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A handcuffed 14-year-old girl spat at an officer. He punched her face — and claimed self-defense.

The Washington Post logo The Washington Post 26/01/2017 Cleve R. Wootson Jr.
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The 14-year-old girl was upset, possibly suicidal and in need of psychiatric help, court documents say, but there was no way she was getting into an ambulance.

St. Paul Police Officer Michael Soucheray and his partner, Chris Rhoades, were sent to defuse the situation at Brittany’s Place, a shelter for girls on the east side of the Minnesota city in December.

But the teenager “became agitated,” a criminal complaint says, and she gave officers and shelter staff the silent treatment.

They decided it was best if the officers — instead of paramedics — took the girl to the hospital. But still, she resisted. Officers handcuffed her and told her that if she didn’t cooperate, she’d be dragged into the squad car, according to court documents. She responded by going limp.

But as the officers approached the car with the girl in tow, she roared to life, screaming and standing in the seat as officers tried to put a seat belt on her, according to a criminal complaint and the officer’s attorney.

Then she cleared her throat and spat in Soucheray’s face, the complaint and the officer’s attorney say.

Soucheray, a seven-year member of the police department, balled up his fist and punched the girl in the face, the complaint says. Then he did it again.

He grabbed her by the jaw and called her “f—— b—-,” according to the complaint.

On Monday, Soucheray was charged with fifth-degree assault, a misdemeanor that could land the officer in prison for 90 days.

And the officer’s punch in the back of a patrol car has embroiled another Twin Cities police department in the heated national debate about police use of force.

The St. Paul, Minnesota, police department badge. © St. Paul Police Department. The St. Paul, Minnesota, police department badge.

Soucheray is on paid administrative leave, as his police department conducts an internal investigation, according to his department’s Facebook page.

“The Saint Paul Police Department is committed to serving the City of Saint Paul with the highest levels of professionalism,” the statement said. “As the department has demonstrated time and time again, when incidents occur that do not meet those standards, swift and decisive action is taken to hold ourselves accountable.”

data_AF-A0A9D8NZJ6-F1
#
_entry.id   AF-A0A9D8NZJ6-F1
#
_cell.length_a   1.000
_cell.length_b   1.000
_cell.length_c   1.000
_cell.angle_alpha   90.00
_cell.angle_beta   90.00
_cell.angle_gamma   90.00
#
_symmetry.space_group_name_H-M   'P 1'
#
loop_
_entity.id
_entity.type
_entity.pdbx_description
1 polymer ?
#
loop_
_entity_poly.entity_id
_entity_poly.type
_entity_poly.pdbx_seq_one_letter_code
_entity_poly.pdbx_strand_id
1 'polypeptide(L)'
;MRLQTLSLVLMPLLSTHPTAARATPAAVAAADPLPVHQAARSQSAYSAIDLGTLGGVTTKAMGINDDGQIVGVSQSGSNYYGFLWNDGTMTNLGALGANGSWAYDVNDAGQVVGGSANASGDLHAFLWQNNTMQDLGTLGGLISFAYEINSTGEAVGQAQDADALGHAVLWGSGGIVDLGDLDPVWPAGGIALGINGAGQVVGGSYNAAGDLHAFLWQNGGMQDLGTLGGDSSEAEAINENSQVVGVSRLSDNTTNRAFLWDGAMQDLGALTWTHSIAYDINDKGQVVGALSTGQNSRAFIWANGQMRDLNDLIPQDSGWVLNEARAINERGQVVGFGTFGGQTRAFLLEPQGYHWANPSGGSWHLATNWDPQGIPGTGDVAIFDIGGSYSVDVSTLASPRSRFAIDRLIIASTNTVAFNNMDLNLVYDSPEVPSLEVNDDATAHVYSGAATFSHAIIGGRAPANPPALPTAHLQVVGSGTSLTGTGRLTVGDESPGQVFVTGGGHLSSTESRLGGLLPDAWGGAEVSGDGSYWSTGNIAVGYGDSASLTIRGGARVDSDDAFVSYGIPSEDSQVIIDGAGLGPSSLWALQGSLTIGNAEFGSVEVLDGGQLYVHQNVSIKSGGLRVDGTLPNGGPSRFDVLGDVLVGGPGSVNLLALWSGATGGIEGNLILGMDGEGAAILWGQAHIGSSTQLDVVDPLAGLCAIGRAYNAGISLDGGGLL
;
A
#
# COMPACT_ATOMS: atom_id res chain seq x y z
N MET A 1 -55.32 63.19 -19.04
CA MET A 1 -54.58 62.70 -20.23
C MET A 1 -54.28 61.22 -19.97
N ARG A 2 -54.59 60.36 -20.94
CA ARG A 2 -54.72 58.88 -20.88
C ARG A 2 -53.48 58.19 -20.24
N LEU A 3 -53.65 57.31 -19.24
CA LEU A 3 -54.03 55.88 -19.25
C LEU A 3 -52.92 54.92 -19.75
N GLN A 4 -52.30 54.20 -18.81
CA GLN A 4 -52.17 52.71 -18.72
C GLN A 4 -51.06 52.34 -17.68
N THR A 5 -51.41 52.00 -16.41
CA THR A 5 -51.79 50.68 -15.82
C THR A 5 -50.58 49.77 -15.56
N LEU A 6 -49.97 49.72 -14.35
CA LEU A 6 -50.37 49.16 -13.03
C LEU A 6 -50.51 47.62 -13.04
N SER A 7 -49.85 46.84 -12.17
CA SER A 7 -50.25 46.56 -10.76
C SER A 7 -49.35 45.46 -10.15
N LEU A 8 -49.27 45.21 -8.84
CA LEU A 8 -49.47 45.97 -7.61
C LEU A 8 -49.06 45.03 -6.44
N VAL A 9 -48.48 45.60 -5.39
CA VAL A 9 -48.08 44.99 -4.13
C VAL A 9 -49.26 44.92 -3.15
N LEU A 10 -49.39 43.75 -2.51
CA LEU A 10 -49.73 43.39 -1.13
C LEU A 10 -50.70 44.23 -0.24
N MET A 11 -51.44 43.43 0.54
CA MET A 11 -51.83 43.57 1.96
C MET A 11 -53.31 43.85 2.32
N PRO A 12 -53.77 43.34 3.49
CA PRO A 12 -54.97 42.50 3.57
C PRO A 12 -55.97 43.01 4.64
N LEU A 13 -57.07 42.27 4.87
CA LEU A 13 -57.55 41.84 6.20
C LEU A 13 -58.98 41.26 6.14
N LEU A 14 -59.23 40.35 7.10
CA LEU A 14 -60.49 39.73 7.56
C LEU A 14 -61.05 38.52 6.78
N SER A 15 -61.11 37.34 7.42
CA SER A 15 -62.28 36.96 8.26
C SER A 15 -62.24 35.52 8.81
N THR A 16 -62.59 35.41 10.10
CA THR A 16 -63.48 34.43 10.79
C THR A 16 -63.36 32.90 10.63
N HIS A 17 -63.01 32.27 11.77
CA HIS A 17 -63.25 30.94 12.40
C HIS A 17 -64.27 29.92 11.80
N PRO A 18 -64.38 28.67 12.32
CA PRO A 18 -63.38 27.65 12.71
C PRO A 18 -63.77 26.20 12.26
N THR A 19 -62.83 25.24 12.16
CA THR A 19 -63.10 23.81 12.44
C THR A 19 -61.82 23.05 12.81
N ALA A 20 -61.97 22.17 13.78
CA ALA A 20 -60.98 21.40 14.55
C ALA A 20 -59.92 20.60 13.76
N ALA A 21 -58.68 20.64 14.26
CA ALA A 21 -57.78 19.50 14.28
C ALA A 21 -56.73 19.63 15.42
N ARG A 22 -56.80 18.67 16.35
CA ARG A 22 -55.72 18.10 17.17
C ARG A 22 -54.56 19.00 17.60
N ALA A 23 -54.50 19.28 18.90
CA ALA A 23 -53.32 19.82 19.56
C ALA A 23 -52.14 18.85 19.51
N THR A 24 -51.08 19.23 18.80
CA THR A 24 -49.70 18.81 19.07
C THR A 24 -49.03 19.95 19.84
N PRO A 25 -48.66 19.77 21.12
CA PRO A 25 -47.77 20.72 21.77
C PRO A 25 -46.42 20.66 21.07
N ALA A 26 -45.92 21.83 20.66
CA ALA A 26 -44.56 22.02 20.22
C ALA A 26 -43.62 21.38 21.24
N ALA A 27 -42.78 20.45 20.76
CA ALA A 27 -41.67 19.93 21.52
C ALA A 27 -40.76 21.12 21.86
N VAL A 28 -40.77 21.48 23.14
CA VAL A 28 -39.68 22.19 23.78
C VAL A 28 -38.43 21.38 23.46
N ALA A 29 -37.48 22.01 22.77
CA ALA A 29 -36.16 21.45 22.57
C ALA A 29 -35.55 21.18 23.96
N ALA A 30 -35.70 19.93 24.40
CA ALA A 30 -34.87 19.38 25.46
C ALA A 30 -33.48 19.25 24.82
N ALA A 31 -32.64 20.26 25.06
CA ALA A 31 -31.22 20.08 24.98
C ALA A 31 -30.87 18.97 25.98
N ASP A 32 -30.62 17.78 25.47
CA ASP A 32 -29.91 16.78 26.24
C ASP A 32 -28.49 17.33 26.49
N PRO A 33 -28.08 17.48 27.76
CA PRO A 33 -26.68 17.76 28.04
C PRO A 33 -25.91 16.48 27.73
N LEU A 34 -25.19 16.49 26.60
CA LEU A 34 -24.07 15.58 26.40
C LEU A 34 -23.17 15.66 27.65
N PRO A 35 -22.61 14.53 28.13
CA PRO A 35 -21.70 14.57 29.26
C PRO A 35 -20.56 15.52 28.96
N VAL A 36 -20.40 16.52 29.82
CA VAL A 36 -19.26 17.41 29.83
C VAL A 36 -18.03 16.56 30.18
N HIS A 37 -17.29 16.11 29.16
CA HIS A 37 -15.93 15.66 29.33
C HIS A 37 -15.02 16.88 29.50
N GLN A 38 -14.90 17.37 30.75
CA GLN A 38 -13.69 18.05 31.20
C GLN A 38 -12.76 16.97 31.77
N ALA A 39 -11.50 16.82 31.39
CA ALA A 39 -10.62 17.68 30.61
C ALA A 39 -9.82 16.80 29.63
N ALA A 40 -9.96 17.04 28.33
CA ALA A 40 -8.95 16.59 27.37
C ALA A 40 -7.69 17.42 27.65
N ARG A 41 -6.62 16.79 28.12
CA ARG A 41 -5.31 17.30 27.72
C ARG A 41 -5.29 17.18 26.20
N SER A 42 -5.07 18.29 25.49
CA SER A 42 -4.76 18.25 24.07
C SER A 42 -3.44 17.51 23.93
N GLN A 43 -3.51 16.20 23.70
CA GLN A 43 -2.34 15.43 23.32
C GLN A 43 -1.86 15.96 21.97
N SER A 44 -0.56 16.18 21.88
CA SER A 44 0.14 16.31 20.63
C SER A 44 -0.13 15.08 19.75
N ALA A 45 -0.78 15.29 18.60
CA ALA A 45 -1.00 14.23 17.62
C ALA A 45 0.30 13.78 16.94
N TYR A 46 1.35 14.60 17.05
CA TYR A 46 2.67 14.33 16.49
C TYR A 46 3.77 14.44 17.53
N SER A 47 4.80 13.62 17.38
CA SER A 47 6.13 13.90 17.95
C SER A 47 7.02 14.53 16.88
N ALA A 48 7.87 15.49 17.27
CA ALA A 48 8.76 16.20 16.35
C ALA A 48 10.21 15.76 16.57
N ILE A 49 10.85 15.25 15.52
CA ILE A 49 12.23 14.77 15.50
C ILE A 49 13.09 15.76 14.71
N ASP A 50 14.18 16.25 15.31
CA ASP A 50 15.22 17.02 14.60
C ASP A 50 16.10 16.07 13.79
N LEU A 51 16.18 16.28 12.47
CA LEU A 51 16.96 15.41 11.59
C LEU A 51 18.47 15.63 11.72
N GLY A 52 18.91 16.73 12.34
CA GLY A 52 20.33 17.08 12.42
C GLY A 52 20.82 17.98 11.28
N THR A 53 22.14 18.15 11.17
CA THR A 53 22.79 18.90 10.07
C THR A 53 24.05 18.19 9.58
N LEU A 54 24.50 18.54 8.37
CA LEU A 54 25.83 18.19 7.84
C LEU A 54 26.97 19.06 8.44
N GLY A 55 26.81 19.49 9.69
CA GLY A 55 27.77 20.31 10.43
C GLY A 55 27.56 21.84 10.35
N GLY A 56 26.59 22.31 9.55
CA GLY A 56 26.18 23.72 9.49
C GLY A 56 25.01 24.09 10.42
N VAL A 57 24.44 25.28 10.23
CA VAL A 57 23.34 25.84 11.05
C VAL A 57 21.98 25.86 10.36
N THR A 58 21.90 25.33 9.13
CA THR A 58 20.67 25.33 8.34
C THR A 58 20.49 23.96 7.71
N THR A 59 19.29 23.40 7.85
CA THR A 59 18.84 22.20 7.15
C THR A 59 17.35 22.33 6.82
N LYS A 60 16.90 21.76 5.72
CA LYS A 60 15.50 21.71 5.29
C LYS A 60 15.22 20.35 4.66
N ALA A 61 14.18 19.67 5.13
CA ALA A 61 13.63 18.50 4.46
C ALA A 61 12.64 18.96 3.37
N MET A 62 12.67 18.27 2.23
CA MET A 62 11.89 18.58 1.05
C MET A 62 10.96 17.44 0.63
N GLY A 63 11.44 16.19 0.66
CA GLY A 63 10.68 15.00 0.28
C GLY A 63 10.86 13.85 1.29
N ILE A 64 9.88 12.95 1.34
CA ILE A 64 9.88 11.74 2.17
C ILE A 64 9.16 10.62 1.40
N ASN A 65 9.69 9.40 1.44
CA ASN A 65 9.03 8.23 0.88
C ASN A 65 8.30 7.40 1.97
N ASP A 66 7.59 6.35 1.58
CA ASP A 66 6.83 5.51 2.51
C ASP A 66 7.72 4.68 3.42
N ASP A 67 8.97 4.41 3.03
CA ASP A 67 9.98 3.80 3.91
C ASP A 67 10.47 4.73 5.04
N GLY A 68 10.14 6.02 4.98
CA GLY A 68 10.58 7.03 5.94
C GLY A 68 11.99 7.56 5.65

The statement said the department is waiting for the legal process to play out “before commenting further or taking any additional actions.”

The girl wasn’t seriously injured. She was charged in connection with the spitting incident, although her juvenile case is secret in Minnesota.

Soucheray’s attorney, Peter Wold, told The Washington Post that the officer has apologized to his colleagues for his language. But the punches weren’t a product of anger or rage, Wold said — they were an appropriate use of force in a situation where he had to defend himself.

“He’s wedged in the back of the squad car with this belligerent screaming young woman that just clears her throat while he’s trying to help her and spits in his face,” Wold said. “That’s dangerous. He was just a matter of inches away. … She might be a young girl, but you don’t know whether she has diseases or what. And that’s an assault when you spit in someone’s face like that.”

Wold said his client was irritated, but the officer reacted to stop the girl’s behavior.

Soucheray has been disciplined three times in the past, but never in connection with a use of force, his attorney said. Wold described Soucheray as a “good cop” who’s married to an officer and has a good working relationship with Rhoades, his patrol partner of six years.

He has received two reprimands for preventable car crashes and was disciplined in 2012 for not attending a court trial, according to police department records obtained by the St. Paul Pioneer Press.

But his punch comes as the United States is embroiled in a debate about whether police officers are too quick to use force. Last year, police officers in the United States shot and killed 963 people — a quarter of those were having some kind of mental health crisis.

Emotions are especially raw in Minnesota after Philando Castile was shot and killed by an officer during a traffic stop in the summer in St. Cloud, a Twin Cities suburb about 75 miles from St. Paul. The shooting’s aftermath was broadcast on Facebook Live and quickly spread across social media and cable news. The officer who shot Castile was ultimately charged with manslaughter.

Wold said he thought the political climate factored into the decision to charge his client.

“It’s tough enough being a cop nowadays,” he said. “Just the regular danger and the antipathy toward them by different groups. It’s hard enough but with the political environment. … Politically it’s easier to charge him than not. Then let it go the course and see what happens there.”

Read more:

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